Liver Transplantation



Few subspecialties have undergone the dramatic improvements in survival that have occurred in pediatric liver transplantation. In the early 1980s, survival rates of 30% limited the enthusiasm for this costly and work-intense operation. The introduction of more effective immunosuppression along with refine­ments in the operative and postoperative management of infants and children has improved survival rates to greater than 90%. When compared to the universally fatal outcome these patients would experience without transplantation, it is not surprising that liver transplantation has been embraced as the preferred therapy.


Bile Duct Donor Organ Orthotopic Liver Transplantation Biliary Atresia Portal Vein Thrombosis 
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Suggested Reading

  1. Broelsch CE, Whitington PF, Emond JC, et al. Liver transplantation in children from living related donors. Surgical techniques and results. Ann Surg. 1991;214(4):428–37.CrossRefPubMedGoogle Scholar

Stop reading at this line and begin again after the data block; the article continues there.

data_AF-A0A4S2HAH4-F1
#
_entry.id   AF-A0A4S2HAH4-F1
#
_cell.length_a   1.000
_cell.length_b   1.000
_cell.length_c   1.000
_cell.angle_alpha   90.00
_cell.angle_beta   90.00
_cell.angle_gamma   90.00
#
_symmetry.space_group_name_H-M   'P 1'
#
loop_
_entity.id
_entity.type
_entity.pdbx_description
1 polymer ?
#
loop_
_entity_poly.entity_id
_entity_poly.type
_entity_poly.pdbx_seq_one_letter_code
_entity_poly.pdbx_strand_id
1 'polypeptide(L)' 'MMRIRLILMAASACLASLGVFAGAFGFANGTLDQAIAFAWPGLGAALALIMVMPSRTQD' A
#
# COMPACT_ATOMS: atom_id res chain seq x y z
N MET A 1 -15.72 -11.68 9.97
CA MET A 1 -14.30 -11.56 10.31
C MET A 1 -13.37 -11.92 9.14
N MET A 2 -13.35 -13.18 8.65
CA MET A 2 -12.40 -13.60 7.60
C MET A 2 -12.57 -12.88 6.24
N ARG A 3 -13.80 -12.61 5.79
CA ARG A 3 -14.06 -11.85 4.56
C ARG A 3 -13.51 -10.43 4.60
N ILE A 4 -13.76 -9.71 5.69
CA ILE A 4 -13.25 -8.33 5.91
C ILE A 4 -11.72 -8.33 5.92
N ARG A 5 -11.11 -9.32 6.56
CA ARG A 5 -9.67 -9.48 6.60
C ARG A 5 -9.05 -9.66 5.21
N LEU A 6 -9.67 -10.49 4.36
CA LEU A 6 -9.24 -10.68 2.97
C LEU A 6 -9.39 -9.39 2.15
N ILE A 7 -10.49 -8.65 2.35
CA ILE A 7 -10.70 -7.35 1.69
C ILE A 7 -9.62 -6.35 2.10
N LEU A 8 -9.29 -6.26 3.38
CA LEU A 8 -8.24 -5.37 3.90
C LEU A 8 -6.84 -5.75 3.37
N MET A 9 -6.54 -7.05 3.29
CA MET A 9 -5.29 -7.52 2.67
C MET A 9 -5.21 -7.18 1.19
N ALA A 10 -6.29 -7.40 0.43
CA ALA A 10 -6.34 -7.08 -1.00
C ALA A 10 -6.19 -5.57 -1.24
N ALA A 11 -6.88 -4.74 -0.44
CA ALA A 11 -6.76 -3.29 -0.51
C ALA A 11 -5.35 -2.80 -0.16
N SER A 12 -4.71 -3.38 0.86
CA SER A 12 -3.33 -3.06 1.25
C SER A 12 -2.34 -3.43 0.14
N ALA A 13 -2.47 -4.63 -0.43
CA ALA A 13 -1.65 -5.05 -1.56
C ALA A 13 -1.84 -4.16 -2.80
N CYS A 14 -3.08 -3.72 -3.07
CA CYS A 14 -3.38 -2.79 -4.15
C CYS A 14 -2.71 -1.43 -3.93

2. Reyes JD, Carr B, Dvorchik I, et al. Liver transplantation and chemotherapy for hepatoblastoma and hepatocellular cancer in childhood and adolescence. J Pediatr. 2000;136(6):795–804.CrossRefPubMedGoogle Scholar
  3. Ryckman F, Fisher R, Pedersen S, et al. Improved survival in biliary atresia patients in the present era of liver transplantation. J Pediatr Surg. 1993;28(3):382–5.CrossRefPubMedGoogle Scholar
  4. SPLIT Research Group. Studies of Pediatric Liver Transplantation (SPLIT): year 2000 outcomes. Transplantation. 2001;72(3):463–76.CrossRefGoogle Scholar

Copyright information

© Springer Science+Business Media, LLC 2011

Authors and Affiliations

  1. 1.Division of Pediatric and Thoracic SurgeryCincinnati Children’s Hospital Medical CenterCincinnatiUSA

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